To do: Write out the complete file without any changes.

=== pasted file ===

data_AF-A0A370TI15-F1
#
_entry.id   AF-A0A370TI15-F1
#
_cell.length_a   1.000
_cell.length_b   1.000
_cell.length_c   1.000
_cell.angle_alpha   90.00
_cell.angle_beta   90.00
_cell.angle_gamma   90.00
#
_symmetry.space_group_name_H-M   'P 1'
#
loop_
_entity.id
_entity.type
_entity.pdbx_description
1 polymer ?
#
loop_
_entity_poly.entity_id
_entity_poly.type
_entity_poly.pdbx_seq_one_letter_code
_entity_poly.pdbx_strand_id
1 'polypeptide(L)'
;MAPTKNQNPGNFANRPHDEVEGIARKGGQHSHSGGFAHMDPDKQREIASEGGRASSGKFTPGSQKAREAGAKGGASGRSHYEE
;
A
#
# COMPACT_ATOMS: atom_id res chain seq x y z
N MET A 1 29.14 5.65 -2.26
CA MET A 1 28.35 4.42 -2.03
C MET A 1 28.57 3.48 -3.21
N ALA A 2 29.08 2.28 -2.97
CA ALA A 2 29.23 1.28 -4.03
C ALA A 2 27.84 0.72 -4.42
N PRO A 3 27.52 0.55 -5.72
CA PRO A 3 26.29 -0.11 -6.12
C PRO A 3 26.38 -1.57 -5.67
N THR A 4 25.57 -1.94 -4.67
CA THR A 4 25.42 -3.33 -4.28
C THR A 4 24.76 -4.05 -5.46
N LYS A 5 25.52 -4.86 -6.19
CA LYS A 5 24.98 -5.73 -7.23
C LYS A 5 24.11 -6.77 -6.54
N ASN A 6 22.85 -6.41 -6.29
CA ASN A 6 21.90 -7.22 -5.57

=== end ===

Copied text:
data_AF-A0A370TI15-F1
#
_entry.id   AF-A0A370TI15-F1
#
_cell.length_a   1.000
_cell.length_b   1.000
_cell.length_c   1.000
_cell.angle_alpha   90.00
_cell.angle_beta   90.00
_cell.angle_gamma   90.00
#
_symmetry.space_group_name_H-M   'P 1'
#
loop_
_entity.id
_entity.type
_entity.pdbx_description
1 polymer ?
#
loop_
_entity_poly.entity_id
_entity_poly.type
_entity_poly.pdbx_seq_one_letter_code
_entity_poly.pdbx_strand_id
1 'polypeptide(L)'
;MAPTKNQNPGNFANRPHDEVEGIARKGGQHSHSGGFAHMDPDKQREIASEGGRASSGKFTPGSQKAREAGAKGGASGRSHYEE
;
A
#
# COMPACT_ATOMS: atom_id res chain seq x y z
N MET A 1 29.14 5.65 -2.26
CA MET A 1 28.35 4.42 -2.03
C MET A 1 28.57 3.48 -3.21
N ALA A 2 29.08 2.28 -2.97
CA ALA A 2 29.23 1.28 -4.03
C ALA A 2 27.84 0.72 -4.42
N PRO A 3 27.52 0.55 -5.72
CA PRO A 3 26.29 -0.11 -6.12
C PRO A 3 26.38 -1.57 -5.67
N THR A 4 25.57 -1.94 -4.67
CA THR A 4 25.42 -3.33 -4.28
C THR A 4 24.76 -4.05 -5.46
N LYS A 5 25.52 -4.86 -6.19
CA LYS A 5 24.98 -5.73 -7.23
C LYS A 5 24.11 -6.77 -6.54
N ASN A 6 22.85 -6.41 -6.29
CA ASN A 6 21.90 -7.22 -5.57